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5.2: Protein Organization

JoVE Core
Cell Biology

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Protein Organization

5.2: Protein Organization

Proteins are polymers of amino acid residues. They are versatile and responsible for different cellular functions, including DNA replication, molecular transport, catalysis, and structural support. Proteins have a hierarchical structure comprising at least three levels of organization: primary, secondary, and tertiary structure. Some large proteins have a quaternary structure where individual protein subunits are linked together.

The primary structure of a protein is its amino acid sequence. Amino acids are linked through peptide bonds to form a polypeptide chain with two ends: the amino terminus (N-terminus) and the carboxyl terminus (C-terminus). The sequence of amino acids determines the final folded form of the protein. Twenty different amino acids are arranged in different sequences to create a variety of polypeptides.

The secondary structure refers to locally folded regions of amino acid chains that are stabilized by hydrogen bonds. There are two types of secondary structures: alpha-helices and beta-pleated sheets. These secondary structural elements are connected by simple loops.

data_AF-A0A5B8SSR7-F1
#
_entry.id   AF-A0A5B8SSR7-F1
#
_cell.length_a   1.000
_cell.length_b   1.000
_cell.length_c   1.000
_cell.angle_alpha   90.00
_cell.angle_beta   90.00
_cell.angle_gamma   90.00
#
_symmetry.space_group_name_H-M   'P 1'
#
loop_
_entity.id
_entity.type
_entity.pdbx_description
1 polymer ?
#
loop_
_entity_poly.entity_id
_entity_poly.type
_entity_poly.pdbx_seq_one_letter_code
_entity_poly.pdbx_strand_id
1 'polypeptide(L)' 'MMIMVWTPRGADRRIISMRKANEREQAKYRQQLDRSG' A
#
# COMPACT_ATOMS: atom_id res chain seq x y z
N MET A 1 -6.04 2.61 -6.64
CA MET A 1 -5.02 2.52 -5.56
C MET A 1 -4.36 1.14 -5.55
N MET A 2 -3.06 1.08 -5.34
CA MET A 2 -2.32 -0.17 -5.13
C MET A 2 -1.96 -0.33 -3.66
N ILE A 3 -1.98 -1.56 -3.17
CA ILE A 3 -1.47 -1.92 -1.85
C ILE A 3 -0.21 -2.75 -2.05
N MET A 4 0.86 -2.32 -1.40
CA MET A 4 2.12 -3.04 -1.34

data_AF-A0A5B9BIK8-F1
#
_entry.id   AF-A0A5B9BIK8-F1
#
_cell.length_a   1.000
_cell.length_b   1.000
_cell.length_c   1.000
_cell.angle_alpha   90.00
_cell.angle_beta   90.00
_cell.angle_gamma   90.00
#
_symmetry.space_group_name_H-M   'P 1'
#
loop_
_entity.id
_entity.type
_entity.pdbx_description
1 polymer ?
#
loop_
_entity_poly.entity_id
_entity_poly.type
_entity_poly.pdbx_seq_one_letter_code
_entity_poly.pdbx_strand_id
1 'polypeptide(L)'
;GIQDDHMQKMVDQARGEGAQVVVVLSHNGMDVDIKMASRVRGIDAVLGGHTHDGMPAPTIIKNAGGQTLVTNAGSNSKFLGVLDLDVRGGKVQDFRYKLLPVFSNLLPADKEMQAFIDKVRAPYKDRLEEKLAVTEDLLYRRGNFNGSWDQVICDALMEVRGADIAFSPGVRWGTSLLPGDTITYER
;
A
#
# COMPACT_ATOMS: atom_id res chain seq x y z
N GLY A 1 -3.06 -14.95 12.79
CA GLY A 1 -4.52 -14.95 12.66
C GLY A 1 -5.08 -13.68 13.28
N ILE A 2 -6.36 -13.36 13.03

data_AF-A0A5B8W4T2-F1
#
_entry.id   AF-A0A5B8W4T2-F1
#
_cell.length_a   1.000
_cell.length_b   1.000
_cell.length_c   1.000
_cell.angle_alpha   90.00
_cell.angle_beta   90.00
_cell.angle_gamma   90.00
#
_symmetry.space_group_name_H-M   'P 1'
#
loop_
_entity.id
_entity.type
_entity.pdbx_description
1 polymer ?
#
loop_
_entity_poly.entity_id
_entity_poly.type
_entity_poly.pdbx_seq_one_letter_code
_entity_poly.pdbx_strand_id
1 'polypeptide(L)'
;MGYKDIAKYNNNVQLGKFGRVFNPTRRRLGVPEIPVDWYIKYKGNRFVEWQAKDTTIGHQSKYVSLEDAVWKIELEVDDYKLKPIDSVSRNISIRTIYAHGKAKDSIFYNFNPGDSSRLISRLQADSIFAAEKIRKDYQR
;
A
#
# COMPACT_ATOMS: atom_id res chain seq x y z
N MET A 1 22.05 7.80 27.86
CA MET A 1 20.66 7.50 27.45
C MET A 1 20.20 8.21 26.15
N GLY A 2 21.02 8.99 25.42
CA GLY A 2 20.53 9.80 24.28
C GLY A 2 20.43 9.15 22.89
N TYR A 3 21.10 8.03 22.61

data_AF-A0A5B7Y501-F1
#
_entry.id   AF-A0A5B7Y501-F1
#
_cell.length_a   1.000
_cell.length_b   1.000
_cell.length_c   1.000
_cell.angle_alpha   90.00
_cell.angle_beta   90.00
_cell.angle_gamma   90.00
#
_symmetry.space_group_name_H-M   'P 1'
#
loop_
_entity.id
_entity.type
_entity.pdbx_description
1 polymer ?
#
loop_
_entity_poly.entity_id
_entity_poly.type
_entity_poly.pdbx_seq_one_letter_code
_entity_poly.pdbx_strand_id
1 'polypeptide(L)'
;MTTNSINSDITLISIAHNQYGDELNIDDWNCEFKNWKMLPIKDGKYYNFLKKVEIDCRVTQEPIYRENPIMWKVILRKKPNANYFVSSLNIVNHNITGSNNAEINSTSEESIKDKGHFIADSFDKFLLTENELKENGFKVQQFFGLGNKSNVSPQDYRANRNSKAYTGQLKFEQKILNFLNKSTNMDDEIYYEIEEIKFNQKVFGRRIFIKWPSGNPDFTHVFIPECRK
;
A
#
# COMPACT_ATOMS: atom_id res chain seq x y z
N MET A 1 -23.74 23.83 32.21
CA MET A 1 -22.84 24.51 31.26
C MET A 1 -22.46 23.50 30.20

As the secondary structures assemble further, the final folded form of the protein is generated. Such a three-dimensional or tertiary structure of a protein is stabilized by the interactions between amino acid side chains. Hydrogen bonds, electrostatic forces, disulfide linkages, and Vander Waals forces stabilize the folded form, which is often the native or functional state of the protein.

When two or more folded polypeptide chains called protein subunits form a complex, a quaternary protein structure is created. 

Suggested Reading


Protein Organization Amino Acid Residues Cellular Functions DNA Replication Molecular Transport Catalysis Structural Support Hierarchical Structure Primary Structure Secondary Structure Tertiary Structure Quaternary Structure Amino Acid Sequence Peptide Bonds Polypeptide Chain N-terminus C-terminus Folded Form Amino Acids Secondary Structures Alpha-helices Beta-pleated Sheets Simple Loops Three-dimensional Structure Interactions Between Amino Acid Side Chains Hydrogen Bonds Electrostatic Forces Disulfide Linkages Vander Waals Forces

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